“The programming language used in the software responsible for Heartbleed [is] 40 years old. The tools used to write it are much the same as would have been used 40 years ago,” said Kenner, who was a researcher in the Computer Science Department at New York University from 1975 through 1998. “The same language and tools were used in the recent Apple bug. Analysis of that bug showed that using any one of multiple practices that should be standard in the industry would have prevented that bug.”

We Can Do More

So, then, could IT best practices have caught Heartbleed sooner? Following best practices isn’t enough for software that provides security services, but Kenner said technology does exist that IT can use to prove programs meet certain properties, such as ensuring the program never reads from a place in memory where it didn’t write.

“The program that contained the Heartbleed bug did exactly that and an attempt to prove that it didn’t would have quickly found this bug -- as would the use of certain tools that also detect this type of error,” Kenner said.

“But we can do more. Programs providing security services should never transmit private keys, usernames, and passwords externally and that’s a property we should also be able to prove, as well as the conditions under which they grant access to secured services," he added.
 

Tell Us What You Think
Comment:

Name:

Frank:

Posted: 2014-05-07 @ 5:45am PT
@SecurityByDesign - do you think so? If you have a strong master password it should work fine. I use Sticky Password for couple years now and never had a problem.

SecurityByDesign:

Posted: 2014-04-19 @ 2:48pm PT
@Rob: Password managers are useless. They just concentrate all the eggs in one basket.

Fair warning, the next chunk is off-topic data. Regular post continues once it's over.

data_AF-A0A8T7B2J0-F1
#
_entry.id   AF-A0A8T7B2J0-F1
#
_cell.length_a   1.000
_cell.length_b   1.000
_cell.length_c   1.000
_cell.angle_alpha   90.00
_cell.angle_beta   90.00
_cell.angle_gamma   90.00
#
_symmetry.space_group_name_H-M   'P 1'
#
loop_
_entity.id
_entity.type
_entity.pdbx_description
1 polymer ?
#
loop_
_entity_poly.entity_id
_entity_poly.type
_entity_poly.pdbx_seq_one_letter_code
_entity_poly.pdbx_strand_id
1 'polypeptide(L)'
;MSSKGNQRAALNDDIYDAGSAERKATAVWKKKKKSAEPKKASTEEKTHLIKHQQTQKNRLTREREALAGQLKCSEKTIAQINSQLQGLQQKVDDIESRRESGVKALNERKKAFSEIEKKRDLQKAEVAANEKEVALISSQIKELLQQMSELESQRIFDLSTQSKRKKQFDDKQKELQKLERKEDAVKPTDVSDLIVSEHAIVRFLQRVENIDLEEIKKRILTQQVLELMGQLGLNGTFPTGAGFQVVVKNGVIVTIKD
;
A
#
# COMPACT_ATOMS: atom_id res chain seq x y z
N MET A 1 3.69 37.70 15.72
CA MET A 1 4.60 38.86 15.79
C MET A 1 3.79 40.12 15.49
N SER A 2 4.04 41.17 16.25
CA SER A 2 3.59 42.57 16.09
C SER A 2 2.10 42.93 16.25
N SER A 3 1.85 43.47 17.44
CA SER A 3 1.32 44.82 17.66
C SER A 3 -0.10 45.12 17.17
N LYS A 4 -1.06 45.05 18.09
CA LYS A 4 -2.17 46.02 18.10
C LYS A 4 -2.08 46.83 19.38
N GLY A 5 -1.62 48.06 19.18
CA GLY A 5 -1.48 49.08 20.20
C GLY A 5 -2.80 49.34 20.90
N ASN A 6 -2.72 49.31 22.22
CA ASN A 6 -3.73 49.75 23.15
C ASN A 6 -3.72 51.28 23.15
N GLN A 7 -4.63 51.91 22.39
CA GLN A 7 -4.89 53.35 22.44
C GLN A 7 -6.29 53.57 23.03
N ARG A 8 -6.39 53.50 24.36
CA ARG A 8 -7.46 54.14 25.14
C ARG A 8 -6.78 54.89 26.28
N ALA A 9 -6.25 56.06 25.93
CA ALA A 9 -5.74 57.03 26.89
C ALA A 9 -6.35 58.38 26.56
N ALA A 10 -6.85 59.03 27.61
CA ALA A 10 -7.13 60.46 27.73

Rob:

Posted: 2014-04-19 @ 10:36am PT
Are password managers safe? Sticky Password, LastPass, 1Password?



APC has an established a reputation for solid products that virtually pay for themselves upon installation. Who has time to spend worrying about system downtime? APC makes it easy for you to focus on business growth instead of business downtime with reliable data center systems and IT solutions. Learn more here.


 World Wide Web
1.   Tor Internet Privacy Service Breached
2.   Facebook To Force Use of Messenger
3.   OkCupid Experiments with Daters
4.   Zillow-Trulia: Digital Ad Juggernaut
5.   Zillow Buys Trulia for $3.5 Billion


advertisement
OkCupid Experiments with Daters
Unethical without user consent?
Average Rating:
Radical.FM's Freemium Biz Model
Online radio startup asks for donations.
Average Rating:
Facebook Social Experiment Irks Us
Secretive test was legal, but ethical?
Average Rating:
Product Information and Resources for Technology You Can Use To Boost Your Business

Network Security Spotlight
Tor Internet Privacy Service Warns Users It Was Breached
You may never have heard of the Tor Project, but the Internet privacy service is making headlines. Tor’s devs say users might be victims of an attack launched against the project earlier this year.